TL;DR: get an Oral-B toothbrush (we like the Oral-B 1000 CrossAction Electric Toothbrush) if you're not looking to spend extra money on vanity. Oral-B offers the best value in brushing with near-identical mouth cleanliness as Sonicare.
So you decided it's finally time to upgrade to an electric toothbrush. It's proven that brushing with an electric toothbrush is better than brushing with a manual toothbrush, but when in the search for the right electric toothbrush, two brands rein supreme: Sonicare and Oral-B. Sure, there are other brands out there, but most consumers mull between these two top-selling brands, and finding the right brand is just the start of the struggle: Sonicare and Oral-B have a number of models under their belt, and each product offers its own sets of pros and cons. Regardless of the model, however, there are some big differences between the two brands, and we broke it down for you here. So, which is better: Sonicare or Oral-B?
Sonicare is the electric-powered dental hygiene brand of Philips. Right off the bat, Sonicare toothbrushes' elongated head and rows of teeth-cleaning bristles look similar to manual their manual counterparts. Sonicare toothbrushes employ sonic technology (fast vibrations, basically), and the bristles move from side to side.
Oral-B makes oral hygiene products as well as toothpastes and mouthwashes. Oral-B's signature feature is its circular brush head, which looks more like a tool that you would see at the dentist's office. The brush head on an Oral-B toothbrush oscillates, as opposed to Sonicare's side-to-side motion.
The biggest thing to compare between Sonicare and Oral-B is their different style of brush heads. While each each brand offers different types of brush heads — for targeting specific dental concerns — the basics of them are the same: Sonicare employs an oblong brush head; Oral-B uses rounded brush heads.
Brushing with a Sonicare is a little more difficult to maneuver in the mouth. It is built to feel like a "regular" toothbrush, but the longer brush head can take some getting used to when navigating across your teeth. On the other hand, Oral-B's smaller, rounder brush heads are easier for some to use, especially if they're new to using an electric toothbrush.
It's important to note that electric toothbrushes essentially clean in two ways: contact cleaning, which is when the toothbrush makes contact with your teeth, and non-contact cleaning, which is cleaning that's done without the bristles even having come into contact with your teeth.
As we mentioned, Sonicare toothbrushes use elongated brush heads, and its motor moves the brush head side to side. Sonicare also employs sonic technology, which is the non-contact cleaning part of the toothbrush. The sonic technology essentially recirculates toothpaste foam and water between the teeth and along the gum line to get your mouth clean.
Oral-B doesn't use sonic technology, but its movements accomplish the same things as Sonicare, though Oral-B does it through oscillation, rotating and pulsing. The result is what Oral-B calls "3D cleaning action," which dislodges plaque and agitates the liquid in the mouth to better clean your teeth.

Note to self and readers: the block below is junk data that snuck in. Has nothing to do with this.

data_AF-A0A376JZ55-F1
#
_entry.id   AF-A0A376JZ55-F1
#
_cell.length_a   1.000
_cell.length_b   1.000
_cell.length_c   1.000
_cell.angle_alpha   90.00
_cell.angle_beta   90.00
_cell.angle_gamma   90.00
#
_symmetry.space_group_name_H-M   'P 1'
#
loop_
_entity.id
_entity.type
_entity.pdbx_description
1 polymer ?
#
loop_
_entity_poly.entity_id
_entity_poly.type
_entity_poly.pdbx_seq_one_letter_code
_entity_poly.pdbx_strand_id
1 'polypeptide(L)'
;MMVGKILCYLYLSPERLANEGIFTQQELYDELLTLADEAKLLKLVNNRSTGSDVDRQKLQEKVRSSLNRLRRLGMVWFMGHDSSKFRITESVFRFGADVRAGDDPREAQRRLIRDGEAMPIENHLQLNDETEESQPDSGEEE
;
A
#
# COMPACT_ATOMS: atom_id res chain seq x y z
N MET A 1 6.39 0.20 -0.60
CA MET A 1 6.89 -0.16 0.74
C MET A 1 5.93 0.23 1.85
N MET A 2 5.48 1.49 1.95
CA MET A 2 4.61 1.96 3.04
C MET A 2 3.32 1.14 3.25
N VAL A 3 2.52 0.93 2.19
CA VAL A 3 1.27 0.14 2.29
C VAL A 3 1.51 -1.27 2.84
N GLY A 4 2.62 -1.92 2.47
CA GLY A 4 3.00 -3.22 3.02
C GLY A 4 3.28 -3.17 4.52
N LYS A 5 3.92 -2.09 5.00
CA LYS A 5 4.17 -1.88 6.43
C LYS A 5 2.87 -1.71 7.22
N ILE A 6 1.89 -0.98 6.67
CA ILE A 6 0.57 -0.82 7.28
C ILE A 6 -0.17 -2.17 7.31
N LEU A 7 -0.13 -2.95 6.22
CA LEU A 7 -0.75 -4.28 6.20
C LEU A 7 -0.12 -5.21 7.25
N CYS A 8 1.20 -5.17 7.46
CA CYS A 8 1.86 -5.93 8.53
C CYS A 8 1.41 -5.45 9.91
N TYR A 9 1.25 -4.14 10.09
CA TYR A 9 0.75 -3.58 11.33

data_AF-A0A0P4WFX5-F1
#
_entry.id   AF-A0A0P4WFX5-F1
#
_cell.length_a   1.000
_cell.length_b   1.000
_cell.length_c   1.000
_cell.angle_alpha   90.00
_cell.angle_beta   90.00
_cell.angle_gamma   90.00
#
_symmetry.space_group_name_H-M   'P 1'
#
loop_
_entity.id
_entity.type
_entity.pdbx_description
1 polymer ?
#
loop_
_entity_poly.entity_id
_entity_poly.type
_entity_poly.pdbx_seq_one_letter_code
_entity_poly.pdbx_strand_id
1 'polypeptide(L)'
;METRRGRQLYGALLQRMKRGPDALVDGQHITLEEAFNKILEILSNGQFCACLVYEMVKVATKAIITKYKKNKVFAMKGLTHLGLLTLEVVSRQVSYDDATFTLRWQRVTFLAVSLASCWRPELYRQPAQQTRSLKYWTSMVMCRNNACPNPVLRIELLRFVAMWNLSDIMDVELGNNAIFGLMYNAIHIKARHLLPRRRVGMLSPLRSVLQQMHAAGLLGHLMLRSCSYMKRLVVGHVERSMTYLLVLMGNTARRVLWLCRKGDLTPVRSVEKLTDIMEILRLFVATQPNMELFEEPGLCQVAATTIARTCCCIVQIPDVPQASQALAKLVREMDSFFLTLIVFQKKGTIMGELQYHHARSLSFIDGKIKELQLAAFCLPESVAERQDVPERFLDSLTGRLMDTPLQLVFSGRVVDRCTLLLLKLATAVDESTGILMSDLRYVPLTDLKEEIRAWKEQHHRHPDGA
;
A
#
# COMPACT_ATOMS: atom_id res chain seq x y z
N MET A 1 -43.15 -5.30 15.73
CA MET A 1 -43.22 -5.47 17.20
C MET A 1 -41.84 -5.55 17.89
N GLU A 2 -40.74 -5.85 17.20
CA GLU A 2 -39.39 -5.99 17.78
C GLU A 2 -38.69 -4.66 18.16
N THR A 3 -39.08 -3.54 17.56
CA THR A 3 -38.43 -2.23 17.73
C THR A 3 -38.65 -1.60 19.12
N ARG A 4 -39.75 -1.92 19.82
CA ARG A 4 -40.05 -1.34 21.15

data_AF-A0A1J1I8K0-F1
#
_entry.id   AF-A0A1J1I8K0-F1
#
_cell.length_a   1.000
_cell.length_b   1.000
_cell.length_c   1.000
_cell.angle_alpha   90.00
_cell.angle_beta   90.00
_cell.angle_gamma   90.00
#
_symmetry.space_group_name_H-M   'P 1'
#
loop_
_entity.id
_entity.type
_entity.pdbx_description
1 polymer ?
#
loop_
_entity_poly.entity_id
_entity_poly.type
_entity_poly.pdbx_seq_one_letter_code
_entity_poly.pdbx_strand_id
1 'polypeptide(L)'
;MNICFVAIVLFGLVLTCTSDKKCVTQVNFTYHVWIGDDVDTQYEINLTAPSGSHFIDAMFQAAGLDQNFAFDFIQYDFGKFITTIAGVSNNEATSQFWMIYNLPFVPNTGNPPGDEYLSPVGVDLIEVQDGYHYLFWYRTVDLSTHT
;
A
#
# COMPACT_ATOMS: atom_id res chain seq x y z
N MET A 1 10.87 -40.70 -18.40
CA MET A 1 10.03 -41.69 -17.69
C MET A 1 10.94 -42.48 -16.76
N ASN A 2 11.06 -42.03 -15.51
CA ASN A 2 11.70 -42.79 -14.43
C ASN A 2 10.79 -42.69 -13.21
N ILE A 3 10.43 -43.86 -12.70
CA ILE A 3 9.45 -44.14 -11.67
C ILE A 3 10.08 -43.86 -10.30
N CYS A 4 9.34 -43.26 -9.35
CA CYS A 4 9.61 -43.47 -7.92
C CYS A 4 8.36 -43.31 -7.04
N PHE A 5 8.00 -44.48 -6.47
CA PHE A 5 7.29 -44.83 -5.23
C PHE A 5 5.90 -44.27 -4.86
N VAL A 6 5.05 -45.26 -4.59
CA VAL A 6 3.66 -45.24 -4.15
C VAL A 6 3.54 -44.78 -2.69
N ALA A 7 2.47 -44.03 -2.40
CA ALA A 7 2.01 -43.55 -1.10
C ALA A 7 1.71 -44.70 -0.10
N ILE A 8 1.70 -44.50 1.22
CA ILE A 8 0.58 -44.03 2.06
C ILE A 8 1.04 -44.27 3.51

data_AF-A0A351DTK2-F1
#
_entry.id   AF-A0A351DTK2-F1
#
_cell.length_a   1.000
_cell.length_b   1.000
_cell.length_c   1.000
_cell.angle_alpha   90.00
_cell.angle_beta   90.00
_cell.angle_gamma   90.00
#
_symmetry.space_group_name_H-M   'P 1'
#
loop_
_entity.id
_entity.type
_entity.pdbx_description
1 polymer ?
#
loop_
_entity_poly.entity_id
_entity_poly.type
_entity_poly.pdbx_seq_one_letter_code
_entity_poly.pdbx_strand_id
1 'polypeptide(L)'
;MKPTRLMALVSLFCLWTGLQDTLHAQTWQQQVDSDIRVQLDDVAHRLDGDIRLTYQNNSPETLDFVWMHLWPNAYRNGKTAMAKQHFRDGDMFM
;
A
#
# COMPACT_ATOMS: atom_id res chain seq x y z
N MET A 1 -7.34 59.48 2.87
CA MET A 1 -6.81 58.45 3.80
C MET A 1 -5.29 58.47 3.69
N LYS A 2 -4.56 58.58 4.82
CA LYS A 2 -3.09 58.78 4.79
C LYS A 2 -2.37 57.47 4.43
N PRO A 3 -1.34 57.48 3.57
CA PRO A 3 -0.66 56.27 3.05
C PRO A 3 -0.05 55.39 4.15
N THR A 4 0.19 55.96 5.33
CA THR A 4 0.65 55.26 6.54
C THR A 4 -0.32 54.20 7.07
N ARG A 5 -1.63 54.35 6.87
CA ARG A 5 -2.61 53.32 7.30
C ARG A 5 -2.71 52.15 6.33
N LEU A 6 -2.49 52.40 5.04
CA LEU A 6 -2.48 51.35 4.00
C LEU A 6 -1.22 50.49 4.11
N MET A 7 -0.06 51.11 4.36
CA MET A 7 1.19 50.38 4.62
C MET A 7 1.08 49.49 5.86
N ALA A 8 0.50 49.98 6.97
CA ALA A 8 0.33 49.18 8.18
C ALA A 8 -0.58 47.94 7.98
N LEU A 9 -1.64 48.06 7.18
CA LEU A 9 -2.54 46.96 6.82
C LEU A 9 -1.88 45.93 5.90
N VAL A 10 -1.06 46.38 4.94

We're talking about toothbrushes here, but design is still important, especially if your toothbrush is displayed out in the open in your bathroom. Sonicare toothbrushes, from the budget-level to the high-end models, have a similar sleek aesthetic with few extraneous details. They all look very sterile, and some models are available in multiple colors. They're weighty, which contributes to the feeling of holding something built well. Oral-B's entry- and mid-level models, like the Pro 1000 or the Smart 3000, don't feature a similar streamlined design as Sonicare, and they also look and feel a little more plastic-y. While Sonicare's toothbrushes have grippy bodies, Oral-B toothbrushes feature ridges to aid in grip, which also take away from the aesthetic. The higher-end Oral-B toothbrushes start to develop a better look, with a design that we argue starts to enter Sonicare territory.
Generally, Oral-B toothbrushes tend to be cheaper than their comparable Sonicare toothbrushes. Two similar models to judge against each other, in terms of value, would be the Sonicare ProtectiveClean 5100 ($70) and the Oral-B Pro 1000 ($50). The two models offer similar cleaning capabilities, with the Sonicare toothbrush costing a whole $20 more. Each brand also offers an unwieldy number of brush head options whether you want to target specific issues like troublesome gums or plaque buildup. Oral-B brush heads range anywhere between $6 and $20 each (though the more expensive heads are meant to be used with the most premium Oral-B toothbrush); Sonicare brush heads range anywhere between $10 to $15 a pop.
Purely from a cost perspective, Oral-B offers the best value. Their toothbrushes tend to skew cheaper than Sonicare, and replacement brush heads also run on the cheaper side. Studies are comparing the two brands in terms of teeth-cleaning effectiveness tend to contradict each other, so it's hard for science to definitively call one brand better than the other. Few, if anyone, will notice how extra rotations per minute or brushes per minute will affect their teeth's cleanliness, so don't get too caught up in the marketing terms that get tossed at your head. No matter which brand you go for, switching from manual brushing to electric brushing is an immediate improvement to your oral hygiene.